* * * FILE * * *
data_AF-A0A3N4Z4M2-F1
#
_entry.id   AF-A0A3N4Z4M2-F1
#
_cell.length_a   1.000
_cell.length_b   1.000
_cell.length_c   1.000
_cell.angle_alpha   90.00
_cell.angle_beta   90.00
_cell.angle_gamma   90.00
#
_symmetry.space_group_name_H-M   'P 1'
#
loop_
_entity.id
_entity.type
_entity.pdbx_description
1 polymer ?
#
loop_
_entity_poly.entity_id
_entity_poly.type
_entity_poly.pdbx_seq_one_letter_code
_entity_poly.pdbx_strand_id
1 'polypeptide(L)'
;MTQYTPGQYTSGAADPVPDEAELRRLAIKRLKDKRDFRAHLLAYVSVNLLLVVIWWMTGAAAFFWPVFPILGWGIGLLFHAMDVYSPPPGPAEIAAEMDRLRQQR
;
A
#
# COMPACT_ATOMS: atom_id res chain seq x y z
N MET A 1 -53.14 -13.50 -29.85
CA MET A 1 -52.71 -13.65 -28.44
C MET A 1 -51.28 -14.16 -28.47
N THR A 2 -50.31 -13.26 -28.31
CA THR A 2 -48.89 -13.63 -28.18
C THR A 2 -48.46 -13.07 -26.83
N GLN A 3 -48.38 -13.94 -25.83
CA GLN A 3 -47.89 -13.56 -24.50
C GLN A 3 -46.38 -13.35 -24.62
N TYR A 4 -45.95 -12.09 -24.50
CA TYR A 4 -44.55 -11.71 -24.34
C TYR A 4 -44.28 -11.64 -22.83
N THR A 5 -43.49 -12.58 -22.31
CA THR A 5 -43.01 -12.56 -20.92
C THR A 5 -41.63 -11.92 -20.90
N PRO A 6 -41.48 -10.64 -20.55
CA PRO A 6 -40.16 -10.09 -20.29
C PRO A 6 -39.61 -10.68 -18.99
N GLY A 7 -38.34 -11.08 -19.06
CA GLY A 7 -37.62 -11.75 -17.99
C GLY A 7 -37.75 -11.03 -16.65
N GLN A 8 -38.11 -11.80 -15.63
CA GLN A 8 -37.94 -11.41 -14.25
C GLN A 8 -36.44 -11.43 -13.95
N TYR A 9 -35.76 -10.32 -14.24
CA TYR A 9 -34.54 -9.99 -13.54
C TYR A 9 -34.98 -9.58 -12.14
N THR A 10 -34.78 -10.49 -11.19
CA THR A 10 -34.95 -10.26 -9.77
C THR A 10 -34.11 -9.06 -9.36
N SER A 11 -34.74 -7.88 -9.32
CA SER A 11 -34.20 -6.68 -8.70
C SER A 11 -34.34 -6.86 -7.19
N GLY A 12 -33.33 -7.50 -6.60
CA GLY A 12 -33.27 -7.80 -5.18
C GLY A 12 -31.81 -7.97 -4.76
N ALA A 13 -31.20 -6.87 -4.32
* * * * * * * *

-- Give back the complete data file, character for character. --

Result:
data_AF-A0A3N4Z4M2-F1
#
_entry.id   AF-A0A3N4Z4M2-F1
#
_cell.length_a   1.000
_cell.length_b   1.000
_cell.length_c   1.000
_cell.angle_alpha   90.00
_cell.angle_beta   90.00
_cell.angle_gamma   90.00
#
_symmetry.space_group_name_H-M   'P 1'
#
loop_
_entity.id
_entity.type
_entity.pdbx_description
1 polymer ?
#
loop_
_entity_poly.entity_id
_entity_poly.type
_entity_poly.pdbx_seq_one_letter_code
_entity_poly.pdbx_strand_id
1 'polypeptide(L)'
;MTQYTPGQYTSGAADPVPDEAELRRLAIKRLKDKRDFRAHLLAYVSVNLLLVVIWWMTGAAAFFWPVFPILGWGIGLLFHAMDVYSPPPGPAEIAAEMDRLRQQR
;
A
#
# COMPACT_ATOMS: atom_id res chain seq x y z
N MET A 1 -53.14 -13.50 -29.85
CA MET A 1 -52.71 -13.65 -28.44
C MET A 1 -51.28 -14.16 -28.47
N THR A 2 -50.31 -13.26 -28.31
CA THR A 2 -48.89 -13.63 -28.18
C THR A 2 -48.46 -13.07 -26.83
N GLN A 3 -48.38 -13.94 -25.83
CA GLN A 3 -47.89 -13.56 -24.50
C GLN A 3 -46.38 -13.35 -24.62
N TYR A 4 -45.95 -12.09 -24.50
CA TYR A 4 -44.55 -11.71 -24.34
C TYR A 4 -44.28 -11.64 -22.83
N THR A 5 -43.49 -12.58 -22.31
CA THR A 5 -43.01 -12.56 -20.92
C THR A 5 -41.63 -11.92 -20.90
N PRO A 6 -41.48 -10.64 -20.55
CA PRO A 6 -40.16 -10.09 -20.29
C PRO A 6 -39.61 -10.68 -18.99
N GLY A 7 -38.34 -11.08 -19.06
CA GLY A 7 -37.62 -11.75 -17.99
C GLY A 7 -37.75 -11.03 -16.65
N GLN A 8 -38.11 -11.80 -15.63
CA GLN A 8 -37.94 -11.41 -14.25
C GLN A 8 -36.44 -11.43 -13.95
N TYR A 9 -35.76 -10.32 -14.24
CA TYR A 9 -34.54 -9.99 -13.54
C TYR A 9 -34.98 -9.58 -12.14
N THR A 10 -34.78 -10.49 -11.19
CA THR A 10 -34.95 -10.26 -9.77
C THR A 10 -34.11 -9.06 -9.36
N SER A 11 -34.74 -7.88 -9.32
CA SER A 11 -34.20 -6.68 -8.70
C SER A 11 -34.34 -6.86 -7.19
N GLY A 12 -33.33 -7.50 -6.60
CA GLY A 12 -33.27 -7.80 -5.18
C GLY A 12 -31.81 -7.97 -4.76
N ALA A 13 -31.20 -6.87 -4.32